Biologist, outdoor educator, and author of Bicycling with Butterflies: My 10,201-Mile Journey Following the Monarch Migration, Sara Dykman, rode an impressive distance on her bicycle to follow the monarch butterfly migration. My first thought when hearing about this immense feat was- how in the world did she bike that far?! As someone who only bikes around my neighborhood, and occasionally a bike trail in the Cleveland Metroparks, I couldn’t fathom riding thousands of miles across the country on a bike. Naturally, being a librarian and all, I was inspired to take a look at how one might go about such a trip and tips for embarking on your own adventure cycling trip!
Dykman was not new to bike touring, as she shares in this article from Treehugger. She says, “I was actually on a year-long bike tour, traveling from Bolivia to the United States when I first had the idea to follow the monarch butterflies.” She also shares a bit about her bike in the article, describing it as, “… an old, rusty steel mountain bike frame from the ‘80s, the components were newish, cleanish, and ready to get me down the road. Most people were shocked at how unfancy my bike was, especially when it was saddled with my homemade kitty-litter-bucket panniers. It might not have been light or pretty, but my no-frills bike is a reliable machine.”
Dykman took extensive photos on her trip and you can check them out on her website here and see all the places she’s biked!
If you are feeling inspired to do your own adventure biking trip but aren’t sure where to start, you’ll want to work your way up to long distances. Whether you have an old mountain bike or a fancy new all-terrain bike, you’ll want to get your bike in tip-top shape before you venture out. Here is a list of tips from Adventurecycling.org on items to contemplate prior to setting out on your trip.
- Make final purchases of clothing and equipment.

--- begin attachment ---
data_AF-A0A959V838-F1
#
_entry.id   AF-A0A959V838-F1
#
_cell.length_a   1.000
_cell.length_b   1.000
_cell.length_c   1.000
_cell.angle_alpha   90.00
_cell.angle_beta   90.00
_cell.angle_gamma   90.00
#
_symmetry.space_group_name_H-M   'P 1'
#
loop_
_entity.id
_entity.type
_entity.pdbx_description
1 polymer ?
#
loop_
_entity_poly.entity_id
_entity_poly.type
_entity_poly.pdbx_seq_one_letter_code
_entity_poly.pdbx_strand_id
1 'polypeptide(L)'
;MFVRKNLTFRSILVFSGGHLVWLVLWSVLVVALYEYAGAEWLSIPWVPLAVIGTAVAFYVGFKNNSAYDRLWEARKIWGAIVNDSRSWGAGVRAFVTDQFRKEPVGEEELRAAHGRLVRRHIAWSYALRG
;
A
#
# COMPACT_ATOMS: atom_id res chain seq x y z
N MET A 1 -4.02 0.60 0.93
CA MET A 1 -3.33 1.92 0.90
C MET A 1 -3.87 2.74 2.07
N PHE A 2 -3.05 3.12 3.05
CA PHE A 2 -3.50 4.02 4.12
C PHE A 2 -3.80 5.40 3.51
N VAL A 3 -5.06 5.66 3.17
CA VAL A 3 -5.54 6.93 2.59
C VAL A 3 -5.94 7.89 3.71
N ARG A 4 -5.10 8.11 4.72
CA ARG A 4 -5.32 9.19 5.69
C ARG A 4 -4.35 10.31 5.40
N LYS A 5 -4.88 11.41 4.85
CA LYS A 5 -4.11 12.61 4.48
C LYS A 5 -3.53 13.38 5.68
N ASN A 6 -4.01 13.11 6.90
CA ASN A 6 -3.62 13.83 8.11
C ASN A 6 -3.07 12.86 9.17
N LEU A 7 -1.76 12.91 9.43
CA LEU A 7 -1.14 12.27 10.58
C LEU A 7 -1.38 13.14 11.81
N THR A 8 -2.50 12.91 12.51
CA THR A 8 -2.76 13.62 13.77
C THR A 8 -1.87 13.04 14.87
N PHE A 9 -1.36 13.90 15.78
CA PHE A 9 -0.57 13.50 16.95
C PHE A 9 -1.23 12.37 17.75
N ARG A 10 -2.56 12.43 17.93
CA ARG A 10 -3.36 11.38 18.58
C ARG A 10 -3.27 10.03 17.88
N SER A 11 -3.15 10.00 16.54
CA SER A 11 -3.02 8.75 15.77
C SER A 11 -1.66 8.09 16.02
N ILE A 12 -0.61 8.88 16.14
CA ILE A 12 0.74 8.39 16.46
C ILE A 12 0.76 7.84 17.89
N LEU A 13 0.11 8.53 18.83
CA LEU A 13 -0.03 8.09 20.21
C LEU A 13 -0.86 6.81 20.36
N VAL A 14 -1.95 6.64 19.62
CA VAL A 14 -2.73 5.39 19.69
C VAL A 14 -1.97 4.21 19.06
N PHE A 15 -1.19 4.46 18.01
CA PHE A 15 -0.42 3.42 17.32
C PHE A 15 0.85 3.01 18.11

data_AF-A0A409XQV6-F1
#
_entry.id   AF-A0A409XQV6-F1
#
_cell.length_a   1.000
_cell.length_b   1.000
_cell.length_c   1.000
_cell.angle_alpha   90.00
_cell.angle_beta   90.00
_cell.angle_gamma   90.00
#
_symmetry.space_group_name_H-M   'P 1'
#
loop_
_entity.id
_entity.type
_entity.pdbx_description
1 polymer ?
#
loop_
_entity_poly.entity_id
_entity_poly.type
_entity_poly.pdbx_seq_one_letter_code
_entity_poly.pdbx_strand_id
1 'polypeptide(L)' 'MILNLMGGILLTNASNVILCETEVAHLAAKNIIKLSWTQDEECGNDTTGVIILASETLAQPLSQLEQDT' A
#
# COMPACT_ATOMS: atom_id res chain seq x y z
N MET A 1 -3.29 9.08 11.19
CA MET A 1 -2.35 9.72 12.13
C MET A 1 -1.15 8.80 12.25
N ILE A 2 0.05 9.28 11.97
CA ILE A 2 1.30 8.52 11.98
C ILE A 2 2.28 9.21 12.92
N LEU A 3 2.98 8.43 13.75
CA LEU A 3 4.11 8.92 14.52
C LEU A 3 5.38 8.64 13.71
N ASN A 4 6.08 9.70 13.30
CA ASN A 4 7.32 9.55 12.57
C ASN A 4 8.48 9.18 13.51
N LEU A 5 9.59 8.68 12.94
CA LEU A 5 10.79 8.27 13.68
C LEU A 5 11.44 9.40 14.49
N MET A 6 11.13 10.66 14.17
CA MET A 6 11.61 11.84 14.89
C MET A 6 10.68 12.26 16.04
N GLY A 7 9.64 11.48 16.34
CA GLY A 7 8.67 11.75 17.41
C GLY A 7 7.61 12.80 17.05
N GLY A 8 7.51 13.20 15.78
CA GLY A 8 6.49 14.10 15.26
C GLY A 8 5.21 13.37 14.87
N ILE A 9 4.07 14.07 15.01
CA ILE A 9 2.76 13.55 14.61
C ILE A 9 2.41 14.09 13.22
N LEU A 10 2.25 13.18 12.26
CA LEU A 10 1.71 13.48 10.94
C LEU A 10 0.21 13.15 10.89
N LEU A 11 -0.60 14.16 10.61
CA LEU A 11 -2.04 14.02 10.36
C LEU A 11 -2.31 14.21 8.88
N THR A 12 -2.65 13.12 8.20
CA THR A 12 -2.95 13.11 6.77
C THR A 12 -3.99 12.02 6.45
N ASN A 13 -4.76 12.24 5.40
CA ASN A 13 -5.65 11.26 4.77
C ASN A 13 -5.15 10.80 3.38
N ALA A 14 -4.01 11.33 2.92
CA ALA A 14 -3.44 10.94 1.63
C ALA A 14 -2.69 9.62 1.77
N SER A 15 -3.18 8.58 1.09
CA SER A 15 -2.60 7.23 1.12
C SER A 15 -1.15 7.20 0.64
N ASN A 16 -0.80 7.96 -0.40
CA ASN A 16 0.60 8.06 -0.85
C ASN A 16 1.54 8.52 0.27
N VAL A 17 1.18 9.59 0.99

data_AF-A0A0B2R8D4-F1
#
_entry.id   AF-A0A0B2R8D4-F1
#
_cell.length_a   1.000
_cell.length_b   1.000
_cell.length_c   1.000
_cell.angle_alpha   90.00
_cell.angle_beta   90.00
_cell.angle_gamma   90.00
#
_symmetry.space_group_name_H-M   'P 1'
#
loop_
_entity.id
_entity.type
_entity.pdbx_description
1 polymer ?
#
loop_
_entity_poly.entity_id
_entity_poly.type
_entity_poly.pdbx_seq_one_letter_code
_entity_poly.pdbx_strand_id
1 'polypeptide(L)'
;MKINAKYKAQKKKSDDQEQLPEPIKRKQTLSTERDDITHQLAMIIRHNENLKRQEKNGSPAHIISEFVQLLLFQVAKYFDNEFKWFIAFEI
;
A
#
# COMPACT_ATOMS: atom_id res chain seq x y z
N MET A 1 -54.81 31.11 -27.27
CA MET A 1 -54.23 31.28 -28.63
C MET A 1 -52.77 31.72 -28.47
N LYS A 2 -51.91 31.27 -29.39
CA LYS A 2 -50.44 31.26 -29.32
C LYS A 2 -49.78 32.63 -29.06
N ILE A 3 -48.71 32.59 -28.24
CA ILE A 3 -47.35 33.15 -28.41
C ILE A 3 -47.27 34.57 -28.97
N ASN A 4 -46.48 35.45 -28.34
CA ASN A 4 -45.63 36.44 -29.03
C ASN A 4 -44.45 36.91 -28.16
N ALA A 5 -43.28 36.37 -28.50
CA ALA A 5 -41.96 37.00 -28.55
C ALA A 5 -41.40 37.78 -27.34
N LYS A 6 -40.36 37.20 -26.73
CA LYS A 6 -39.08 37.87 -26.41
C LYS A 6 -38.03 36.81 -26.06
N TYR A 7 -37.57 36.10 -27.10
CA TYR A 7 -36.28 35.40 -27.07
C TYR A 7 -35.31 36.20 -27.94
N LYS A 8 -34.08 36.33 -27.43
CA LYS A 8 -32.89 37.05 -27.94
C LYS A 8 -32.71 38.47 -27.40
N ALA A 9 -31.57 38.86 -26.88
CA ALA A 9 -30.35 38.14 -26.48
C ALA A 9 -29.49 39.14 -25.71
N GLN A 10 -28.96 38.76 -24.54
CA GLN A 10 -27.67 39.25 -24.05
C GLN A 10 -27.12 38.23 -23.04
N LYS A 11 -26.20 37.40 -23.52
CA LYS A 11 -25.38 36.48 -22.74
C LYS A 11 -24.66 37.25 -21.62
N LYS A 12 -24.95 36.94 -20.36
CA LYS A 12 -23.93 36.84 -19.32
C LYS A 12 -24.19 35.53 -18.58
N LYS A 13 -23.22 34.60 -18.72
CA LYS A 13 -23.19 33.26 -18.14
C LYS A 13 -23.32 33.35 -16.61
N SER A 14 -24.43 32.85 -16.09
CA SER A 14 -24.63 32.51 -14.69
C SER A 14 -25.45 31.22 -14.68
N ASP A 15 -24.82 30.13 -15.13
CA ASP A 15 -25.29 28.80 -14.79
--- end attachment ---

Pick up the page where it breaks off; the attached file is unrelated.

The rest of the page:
- Make certain that all repairs and maintenance, including lubrication, are made on your bike.
- Buy an extra pair of glasses, or contacts, and get a copy of your prescription.
- Continue your training rides, working up to 50- to 70-mile day rides on weekends. (You might try for a century — 100 miles in a day — if you’re taking a trip of more than three weeks.) Seek out hills and varied terrain, attempting to simulate the type of riding you’ll encounter on your tour, and do some rides with fully loaded packs to test for proper weight distribution.
- Make arrangements for paying any monthly bills coming due during your absence.
- Make sure you have used all your equipment and know how it works. Make all final adjustments to your bike.
- Continue training rides; try to do at least one overnight “shakedown” trip with a fully loaded bike. It’s better to discover and take care of problems before your tour begins.
- Pack your bike in a reinforced box and ship it, if it’s not traveling with you.
- Pick up your travel tickets.
- Buy traveler’s checks for emergency and spending money.
- Fill medical prescriptions to last longer than your trip.
- Cancel your newspaper delivery.
- Change mail delivery or have mail held at the post office.
You can find travel tips for your first bike tour here from The Adventure Junkies. There are plenty of great blogs out there that you can check out with information on bikepacking, adventure cycling, and bike touring such as Cycling About and Bikepacking.
For more resources, we have plenty of great materials at the library, including a variety of digital cycling magazines you can access from the comfort of home.
Finally, we recently had Deltrece Daniels from Bike Cleveland offer a virtual program all about Adventure Cycling. Keep your eyes peeled on this blog for that recording in the coming weeks.
Have you ever taken a long distance biking trip? Are you planning one? We’d love to hear about your adventure cycling, so please share with us in the comments!